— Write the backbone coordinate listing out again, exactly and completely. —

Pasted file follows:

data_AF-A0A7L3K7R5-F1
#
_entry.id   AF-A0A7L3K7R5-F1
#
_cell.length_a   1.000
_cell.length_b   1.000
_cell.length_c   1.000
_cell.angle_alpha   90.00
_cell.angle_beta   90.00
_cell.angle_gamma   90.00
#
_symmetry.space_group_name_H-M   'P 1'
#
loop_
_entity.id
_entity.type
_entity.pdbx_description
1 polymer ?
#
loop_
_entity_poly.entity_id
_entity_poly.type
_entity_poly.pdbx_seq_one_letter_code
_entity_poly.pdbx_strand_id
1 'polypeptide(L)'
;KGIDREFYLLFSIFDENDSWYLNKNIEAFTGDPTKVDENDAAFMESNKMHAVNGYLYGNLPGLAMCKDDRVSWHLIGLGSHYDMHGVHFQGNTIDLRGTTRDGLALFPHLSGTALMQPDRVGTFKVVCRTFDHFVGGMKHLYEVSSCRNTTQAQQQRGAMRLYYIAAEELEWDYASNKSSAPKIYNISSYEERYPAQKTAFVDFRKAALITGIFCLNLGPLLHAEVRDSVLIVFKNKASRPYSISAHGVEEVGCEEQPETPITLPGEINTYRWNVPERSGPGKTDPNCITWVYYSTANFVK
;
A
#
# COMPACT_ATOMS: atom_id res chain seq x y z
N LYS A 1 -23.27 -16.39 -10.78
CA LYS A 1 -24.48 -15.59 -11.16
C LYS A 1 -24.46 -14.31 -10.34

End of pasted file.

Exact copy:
data_AF-A0A7L3K7R5-F1
#
_entry.id   AF-A0A7L3K7R5-F1
#
_cell.length_a   1.000
_cell.length_b   1.000
_cell.length_c   1.000
_cell.angle_alpha   90.00
_cell.angle_beta   90.00
_cell.angle_gamma   90.00
#
_symmetry.space_group_name_H-M   'P 1'
#
loop_
_entity.id
_entity.type
_entity.pdbx_description
1 polymer ?
#
loop_
_entity_poly.entity_id
_entity_poly.type
_entity_poly.pdbx_seq_one_letter_code
_entity_poly.pdbx_strand_id
1 'polypeptide(L)'
;KGIDREFYLLFSIFDENDSWYLNKNIEAFTGDPTKVDENDAAFMESNKMHAVNGYLYGNLPGLAMCKDDRVSWHLIGLGSHYDMHGVHFQGNTIDLRGTTRDGLALFPHLSGTALMQPDRVGTFKVVCRTFDHFVGGMKHLYEVSSCRNTTQAQQQRGAMRLYYIAAEELEWDYASNKSSAPKIYNISSYEERYPAQKTAFVDFRKAALITGIFCLNLGPLLHAEVRDSVLIVFKNKASRPYSISAHGVEEVGCEEQPETPITLPGEINTYRWNVPERSGPGKTDPNCITWVYYSTANFVK
;
A
#
# COMPACT_ATOMS: atom_id res chain seq x y z
N LYS A 1 -23.27 -16.39 -10.78
CA LYS A 1 -24.48 -15.59 -11.16
C LYS A 1 -24.46 -14.31 -10.34